Overall, the LS360 did not impress us significantly. Although the LED implementation seems to be fine, there is little to make it stand out compared to the competition.




Instead of making points in the design department, it rather made negative impressions. The tubes are too short, the materials used do not look nor feel particularly high-quality. In the end, there was little positive to be said.


We benchmarked the cooler using our new CPU Cooler Benchmark Machine featuring 3 different Workloads at 320, 250, and 120W.


For the Infinita 360, only the 120 and 250 watts workloads apply as this AIO was the first 360mm sized AIO that did not manage to keep the 320 watts workload at bay without allowing the CPU to hit its thermal limits.


At our 120 watts "low" workload, the LS360 managed to keep the 13900K at 33.6°C above ambient. Although this is far from the worst result we have ever recorded, it is behind the Noctua NH-D15 aircooler as well as any other 360mm AIO we have tested so far.




On the Noise to Performance, the only aspect at which it won was its maximum noise. Although it's quieter than an Arctic Liquid Freezer II 360 ARGB at max speed, it did so while simultaneously generating the worse noise-to-performance ratio of any 360mm AIO we have seen so far.




Ramping up the heat to 250 watts of total package power did not make the results any better. Keeping the CPU at 66.6°C above ambient, the Infinita LS360 managed to land below some of our 240mm contestants.




A similar result was found when the noise-to-performance graph was generated. Although it's still on there, the distance to the other 360mm coolers got even bigger compared to the smaller workload.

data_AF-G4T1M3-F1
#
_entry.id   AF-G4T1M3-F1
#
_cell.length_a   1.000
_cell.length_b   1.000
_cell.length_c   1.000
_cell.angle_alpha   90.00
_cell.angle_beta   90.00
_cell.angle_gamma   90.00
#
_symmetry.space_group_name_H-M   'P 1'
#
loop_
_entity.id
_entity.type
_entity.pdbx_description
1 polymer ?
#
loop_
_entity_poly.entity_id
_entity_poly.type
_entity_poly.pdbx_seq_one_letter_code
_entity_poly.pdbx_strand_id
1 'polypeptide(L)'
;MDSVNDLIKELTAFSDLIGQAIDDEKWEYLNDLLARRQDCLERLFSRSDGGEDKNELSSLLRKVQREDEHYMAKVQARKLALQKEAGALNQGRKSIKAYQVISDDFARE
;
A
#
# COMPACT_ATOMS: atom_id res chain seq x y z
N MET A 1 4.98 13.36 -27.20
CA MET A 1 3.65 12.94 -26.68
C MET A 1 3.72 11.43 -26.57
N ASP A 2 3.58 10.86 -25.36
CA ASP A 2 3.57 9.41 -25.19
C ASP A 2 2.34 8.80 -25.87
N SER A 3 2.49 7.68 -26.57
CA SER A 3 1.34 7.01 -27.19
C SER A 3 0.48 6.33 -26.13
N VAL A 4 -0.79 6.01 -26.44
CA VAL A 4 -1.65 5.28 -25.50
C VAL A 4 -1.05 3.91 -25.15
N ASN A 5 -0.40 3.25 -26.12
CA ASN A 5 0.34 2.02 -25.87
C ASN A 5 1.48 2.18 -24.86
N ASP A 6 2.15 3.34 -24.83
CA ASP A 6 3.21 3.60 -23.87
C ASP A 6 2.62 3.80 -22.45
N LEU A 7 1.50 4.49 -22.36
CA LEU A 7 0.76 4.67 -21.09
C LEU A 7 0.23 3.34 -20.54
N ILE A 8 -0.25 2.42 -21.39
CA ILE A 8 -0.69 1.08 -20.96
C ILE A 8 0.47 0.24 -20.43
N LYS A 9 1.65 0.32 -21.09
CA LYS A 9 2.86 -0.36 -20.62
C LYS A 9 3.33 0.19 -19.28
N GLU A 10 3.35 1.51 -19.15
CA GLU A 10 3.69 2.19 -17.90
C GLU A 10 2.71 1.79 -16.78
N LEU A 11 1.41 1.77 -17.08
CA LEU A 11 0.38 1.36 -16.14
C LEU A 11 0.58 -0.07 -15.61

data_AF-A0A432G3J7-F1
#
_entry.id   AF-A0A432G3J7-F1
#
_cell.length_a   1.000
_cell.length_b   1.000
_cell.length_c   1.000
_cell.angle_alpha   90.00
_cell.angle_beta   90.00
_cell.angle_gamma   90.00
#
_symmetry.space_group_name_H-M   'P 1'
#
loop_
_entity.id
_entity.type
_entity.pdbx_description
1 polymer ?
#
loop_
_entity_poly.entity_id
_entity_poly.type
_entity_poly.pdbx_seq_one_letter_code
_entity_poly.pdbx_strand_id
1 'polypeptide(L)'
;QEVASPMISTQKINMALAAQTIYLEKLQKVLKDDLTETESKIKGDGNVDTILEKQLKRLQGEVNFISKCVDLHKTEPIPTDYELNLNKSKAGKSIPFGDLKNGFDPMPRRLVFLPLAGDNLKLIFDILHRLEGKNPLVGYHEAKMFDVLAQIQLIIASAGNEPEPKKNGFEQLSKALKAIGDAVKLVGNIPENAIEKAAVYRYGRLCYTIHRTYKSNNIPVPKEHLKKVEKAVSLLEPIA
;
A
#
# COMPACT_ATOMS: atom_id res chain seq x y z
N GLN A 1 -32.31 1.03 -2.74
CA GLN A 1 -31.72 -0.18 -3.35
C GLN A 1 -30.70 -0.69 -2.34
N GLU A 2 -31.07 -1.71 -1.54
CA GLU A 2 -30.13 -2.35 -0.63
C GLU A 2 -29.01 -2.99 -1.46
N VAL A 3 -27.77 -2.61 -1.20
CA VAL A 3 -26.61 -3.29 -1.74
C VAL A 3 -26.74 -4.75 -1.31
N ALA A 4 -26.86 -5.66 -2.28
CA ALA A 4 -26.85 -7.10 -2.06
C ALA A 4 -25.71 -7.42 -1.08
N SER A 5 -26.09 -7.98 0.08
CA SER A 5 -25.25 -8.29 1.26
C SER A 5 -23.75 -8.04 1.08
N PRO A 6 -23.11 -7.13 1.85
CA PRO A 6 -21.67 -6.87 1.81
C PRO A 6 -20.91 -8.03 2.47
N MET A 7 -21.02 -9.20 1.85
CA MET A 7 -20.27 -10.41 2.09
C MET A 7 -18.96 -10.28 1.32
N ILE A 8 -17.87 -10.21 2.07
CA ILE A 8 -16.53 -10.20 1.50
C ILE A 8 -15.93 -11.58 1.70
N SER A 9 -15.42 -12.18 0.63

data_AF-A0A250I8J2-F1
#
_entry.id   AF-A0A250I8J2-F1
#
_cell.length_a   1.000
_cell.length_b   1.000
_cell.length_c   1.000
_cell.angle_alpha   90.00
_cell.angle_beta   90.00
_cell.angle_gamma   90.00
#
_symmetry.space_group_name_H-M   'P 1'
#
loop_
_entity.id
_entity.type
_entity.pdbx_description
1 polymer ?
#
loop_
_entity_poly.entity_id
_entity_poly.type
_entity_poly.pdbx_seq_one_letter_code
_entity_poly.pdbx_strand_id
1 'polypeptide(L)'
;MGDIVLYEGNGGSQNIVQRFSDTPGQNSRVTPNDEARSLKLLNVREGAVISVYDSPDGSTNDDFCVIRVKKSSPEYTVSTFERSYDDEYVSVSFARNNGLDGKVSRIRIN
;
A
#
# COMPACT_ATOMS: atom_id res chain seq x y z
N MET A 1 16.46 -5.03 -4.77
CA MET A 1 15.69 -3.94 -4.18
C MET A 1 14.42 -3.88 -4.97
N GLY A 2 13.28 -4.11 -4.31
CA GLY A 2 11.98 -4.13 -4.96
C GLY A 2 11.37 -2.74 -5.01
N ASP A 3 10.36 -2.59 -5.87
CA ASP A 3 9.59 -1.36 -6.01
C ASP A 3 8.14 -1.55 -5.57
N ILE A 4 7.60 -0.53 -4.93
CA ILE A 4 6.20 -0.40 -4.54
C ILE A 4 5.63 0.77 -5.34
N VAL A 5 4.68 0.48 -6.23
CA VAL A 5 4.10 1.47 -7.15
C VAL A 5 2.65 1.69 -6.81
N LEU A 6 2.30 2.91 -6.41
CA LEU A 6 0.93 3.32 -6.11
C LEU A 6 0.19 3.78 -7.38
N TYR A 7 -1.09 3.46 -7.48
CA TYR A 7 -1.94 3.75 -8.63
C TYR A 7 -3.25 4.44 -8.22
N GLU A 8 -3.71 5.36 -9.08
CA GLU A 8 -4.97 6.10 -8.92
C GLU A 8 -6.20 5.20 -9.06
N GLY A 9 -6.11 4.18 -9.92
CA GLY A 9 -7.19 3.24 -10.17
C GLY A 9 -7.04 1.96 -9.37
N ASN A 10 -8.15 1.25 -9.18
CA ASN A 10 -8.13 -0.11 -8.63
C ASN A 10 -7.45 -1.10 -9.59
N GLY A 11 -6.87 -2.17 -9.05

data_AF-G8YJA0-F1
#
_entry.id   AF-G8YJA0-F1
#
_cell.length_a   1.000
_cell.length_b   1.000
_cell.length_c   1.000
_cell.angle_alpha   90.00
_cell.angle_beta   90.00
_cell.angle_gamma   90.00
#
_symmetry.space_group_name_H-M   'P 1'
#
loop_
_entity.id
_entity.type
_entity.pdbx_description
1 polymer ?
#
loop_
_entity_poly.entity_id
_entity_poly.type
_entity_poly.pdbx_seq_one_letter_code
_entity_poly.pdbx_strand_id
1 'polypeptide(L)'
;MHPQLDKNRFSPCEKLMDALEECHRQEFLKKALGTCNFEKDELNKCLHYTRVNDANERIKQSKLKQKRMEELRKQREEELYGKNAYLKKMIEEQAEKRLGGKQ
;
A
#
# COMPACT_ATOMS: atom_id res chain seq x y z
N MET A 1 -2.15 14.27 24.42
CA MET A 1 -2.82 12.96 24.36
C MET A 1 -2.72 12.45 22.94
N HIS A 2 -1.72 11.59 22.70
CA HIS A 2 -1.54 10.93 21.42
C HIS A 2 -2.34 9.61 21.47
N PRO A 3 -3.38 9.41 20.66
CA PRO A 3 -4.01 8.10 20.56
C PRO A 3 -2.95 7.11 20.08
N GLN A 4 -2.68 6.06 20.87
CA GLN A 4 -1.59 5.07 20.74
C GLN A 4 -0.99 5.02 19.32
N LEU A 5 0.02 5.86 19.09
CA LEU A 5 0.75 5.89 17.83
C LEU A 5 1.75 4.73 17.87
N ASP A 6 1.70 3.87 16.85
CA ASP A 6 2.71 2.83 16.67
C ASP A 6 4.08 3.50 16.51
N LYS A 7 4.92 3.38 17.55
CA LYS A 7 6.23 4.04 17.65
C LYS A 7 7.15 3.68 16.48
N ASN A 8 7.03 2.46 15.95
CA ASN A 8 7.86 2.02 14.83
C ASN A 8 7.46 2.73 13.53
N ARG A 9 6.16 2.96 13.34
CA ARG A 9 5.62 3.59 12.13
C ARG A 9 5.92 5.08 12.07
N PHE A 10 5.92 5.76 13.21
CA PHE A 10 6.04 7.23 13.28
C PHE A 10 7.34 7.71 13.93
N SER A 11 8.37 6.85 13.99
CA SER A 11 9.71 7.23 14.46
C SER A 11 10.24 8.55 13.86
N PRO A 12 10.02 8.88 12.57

Unfortunately, the Inifinta LS360 did leave a quite sour taste. 

The performance was below average for a 360mm AIO, the quality did not score any points at all, and the compatibility is confusing, to say the least.




Although the maximum noise created by the LS360 is surprisingly silent, we believe the fans are the main reason why the AIO ended up being at the wrong end of the list.

Not only are the fans not square, leaving a huge gap in between them, but the edges of the fan frames are hollow, creating even more free space. Having this free space may not be a relevant factor in case-fan operations, for AIOs however, in a place where static pressure is required to force the air through the radiator, this is a terrible solution. These free-air pockets are being used by the air to jump back- away from the radiator. Hence there is a lot of potential performance being left on the table which could have been utilized to cool down the radiator.




Ignoring the theory above is the only potential cause for the AIOs lack of performance, the end result remains the same. At 120 watts, the LS360 ended up on the last spot of 360mm AIOs. At 250 watts, the gap to the other ones became even bigger. And at 360 watts, the LS360 was the first AIO to not finish at all.




Although we want to mention that the LS360 is perfectly capable of cooling down any 13700K or 7700/7800x3d, we are not recommending it. The quality is below what we would expect in 2023, the performance can be beaten by other mid-tier 240mm AIOs, and there is generally very little that we would consider as positive.


Therefore, although the AIO could potentially cool down an entry- to mid-tier CPU, we would advise going for higher-end but smaller alternatives. The end result will be more affordable and better performing.